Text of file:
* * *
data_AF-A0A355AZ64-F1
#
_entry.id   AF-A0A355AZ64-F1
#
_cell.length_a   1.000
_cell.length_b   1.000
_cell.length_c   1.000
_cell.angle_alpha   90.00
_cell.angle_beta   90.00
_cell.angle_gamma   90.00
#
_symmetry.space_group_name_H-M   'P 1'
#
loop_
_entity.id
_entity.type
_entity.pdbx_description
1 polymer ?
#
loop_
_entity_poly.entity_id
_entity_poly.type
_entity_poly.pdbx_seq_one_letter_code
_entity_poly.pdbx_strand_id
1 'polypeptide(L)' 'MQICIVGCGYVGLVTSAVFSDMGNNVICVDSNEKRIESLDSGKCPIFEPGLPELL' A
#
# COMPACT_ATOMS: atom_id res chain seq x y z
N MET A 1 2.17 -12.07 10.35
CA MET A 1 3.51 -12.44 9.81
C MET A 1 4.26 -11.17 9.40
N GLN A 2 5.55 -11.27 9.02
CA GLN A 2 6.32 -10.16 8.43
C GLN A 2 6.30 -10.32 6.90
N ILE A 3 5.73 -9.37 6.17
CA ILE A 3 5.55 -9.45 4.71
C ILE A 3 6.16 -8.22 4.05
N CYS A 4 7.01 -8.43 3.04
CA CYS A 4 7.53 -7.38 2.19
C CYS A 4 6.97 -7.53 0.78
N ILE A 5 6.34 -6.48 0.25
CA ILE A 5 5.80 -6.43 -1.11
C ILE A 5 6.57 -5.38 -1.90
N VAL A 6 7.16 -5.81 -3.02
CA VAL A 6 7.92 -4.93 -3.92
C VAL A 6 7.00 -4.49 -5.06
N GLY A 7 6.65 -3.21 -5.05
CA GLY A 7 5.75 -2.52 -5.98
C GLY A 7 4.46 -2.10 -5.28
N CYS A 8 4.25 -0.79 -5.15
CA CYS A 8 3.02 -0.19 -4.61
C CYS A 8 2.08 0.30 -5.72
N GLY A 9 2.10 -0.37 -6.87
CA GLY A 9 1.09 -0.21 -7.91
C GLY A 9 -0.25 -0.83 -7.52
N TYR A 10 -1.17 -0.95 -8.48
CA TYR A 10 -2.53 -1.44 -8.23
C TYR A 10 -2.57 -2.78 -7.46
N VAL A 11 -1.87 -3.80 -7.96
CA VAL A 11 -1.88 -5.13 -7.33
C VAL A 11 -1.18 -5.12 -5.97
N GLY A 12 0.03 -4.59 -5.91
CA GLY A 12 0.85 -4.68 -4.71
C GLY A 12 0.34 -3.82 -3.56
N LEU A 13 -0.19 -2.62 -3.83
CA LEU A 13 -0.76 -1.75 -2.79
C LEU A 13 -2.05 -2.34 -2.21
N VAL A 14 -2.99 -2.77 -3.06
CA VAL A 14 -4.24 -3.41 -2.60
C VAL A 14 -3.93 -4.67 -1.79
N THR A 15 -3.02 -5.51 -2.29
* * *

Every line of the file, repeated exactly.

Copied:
data_AF-A0A355AZ64-F1
#
_entry.id   AF-A0A355AZ64-F1
#
_cell.length_a   1.000
_cell.length_b   1.000
_cell.length_c   1.000
_cell.angle_alpha   90.00
_cell.angle_beta   90.00
_cell.angle_gamma   90.00
#
_symmetry.space_group_name_H-M   'P 1'
#
loop_
_entity.id
_entity.type
_entity.pdbx_description
1 polymer ?
#
loop_
_entity_poly.entity_id
_entity_poly.type
_entity_poly.pdbx_seq_one_letter_code
_entity_poly.pdbx_strand_id
1 'polypeptide(L)' 'MQICIVGCGYVGLVTSAVFSDMGNNVICVDSNEKRIESLDSGKCPIFEPGLPELL' A
#
# COMPACT_ATOMS: atom_id res chain seq x y z
N MET A 1 2.17 -12.07 10.35
CA MET A 1 3.51 -12.44 9.81
C MET A 1 4.26 -11.17 9.40
N GLN A 2 5.55 -11.27 9.02
CA GLN A 2 6.32 -10.16 8.43
C GLN A 2 6.30 -10.32 6.90
N ILE A 3 5.73 -9.37 6.17
CA ILE A 3 5.55 -9.45 4.71
C ILE A 3 6.16 -8.22 4.05
N CYS A 4 7.01 -8.43 3.04
CA CYS A 4 7.53 -7.38 2.19
C CYS A 4 6.97 -7.53 0.78
N ILE A 5 6.34 -6.48 0.25
CA ILE A 5 5.80 -6.43 -1.11
C ILE A 5 6.57 -5.38 -1.90
N VAL A 6 7.16 -5.81 -3.02
CA VAL A 6 7.92 -4.93 -3.92
C VAL A 6 7.00 -4.49 -5.06
N GLY A 7 6.65 -3.21 -5.05
CA GLY A 7 5.75 -2.52 -5.98
C GLY A 7 4.46 -2.10 -5.28
N CYS A 8 4.25 -0.79 -5.15
CA CYS A 8 3.02 -0.19 -4.61
C CYS A 8 2.08 0.30 -5.72
N GLY A 9 2.10 -0.37 -6.87
CA GLY A 9 1.09 -0.21 -7.91
C GLY A 9 -0.25 -0.83 -7.52
N TYR A 10 -1.17 -0.95 -8.48
CA TYR A 10 -2.53 -1.44 -8.23
C TYR A 10 -2.57 -2.78 -7.46
N VAL A 11 -1.87 -3.80 -7.96
CA VAL A 11 -1.88 -5.13 -7.33
C VAL A 11 -1.18 -5.12 -5.97
N GLY A 12 0.03 -4.59 -5.91
CA GLY A 12 0.85 -4.68 -4.71
C GLY A 12 0.34 -3.82 -3.56
N LEU A 13 -0.19 -2.62 -3.83
CA LEU A 13 -0.76 -1.75 -2.79
C LEU A 13 -2.05 -2.34 -2.21
N VAL A 14 -2.99 -2.77 -3.06
CA VAL A 14 -4.24 -3.41 -2.60
C VAL A 14 -3.93 -4.67 -1.79
N THR A 15 -3.02 -5.51 -2.29